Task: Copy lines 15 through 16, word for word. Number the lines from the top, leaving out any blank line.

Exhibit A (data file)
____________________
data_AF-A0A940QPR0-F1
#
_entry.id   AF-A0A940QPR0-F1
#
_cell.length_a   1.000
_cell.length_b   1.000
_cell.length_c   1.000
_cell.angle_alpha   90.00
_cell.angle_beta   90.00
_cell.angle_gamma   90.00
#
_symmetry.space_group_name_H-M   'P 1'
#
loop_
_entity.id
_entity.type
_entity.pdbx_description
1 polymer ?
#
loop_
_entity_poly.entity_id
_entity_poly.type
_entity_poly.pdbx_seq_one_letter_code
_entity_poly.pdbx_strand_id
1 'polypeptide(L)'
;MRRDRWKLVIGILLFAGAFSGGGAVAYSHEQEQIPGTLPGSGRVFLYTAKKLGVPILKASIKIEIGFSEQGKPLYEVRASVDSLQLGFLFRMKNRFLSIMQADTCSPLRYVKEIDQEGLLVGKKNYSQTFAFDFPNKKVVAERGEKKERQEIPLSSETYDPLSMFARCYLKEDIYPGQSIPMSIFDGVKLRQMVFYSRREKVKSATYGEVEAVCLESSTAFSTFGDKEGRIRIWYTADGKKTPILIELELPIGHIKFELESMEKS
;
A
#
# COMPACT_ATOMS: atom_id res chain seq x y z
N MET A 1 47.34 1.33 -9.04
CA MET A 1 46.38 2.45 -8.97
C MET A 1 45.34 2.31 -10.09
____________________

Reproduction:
_entity.id
_entity.type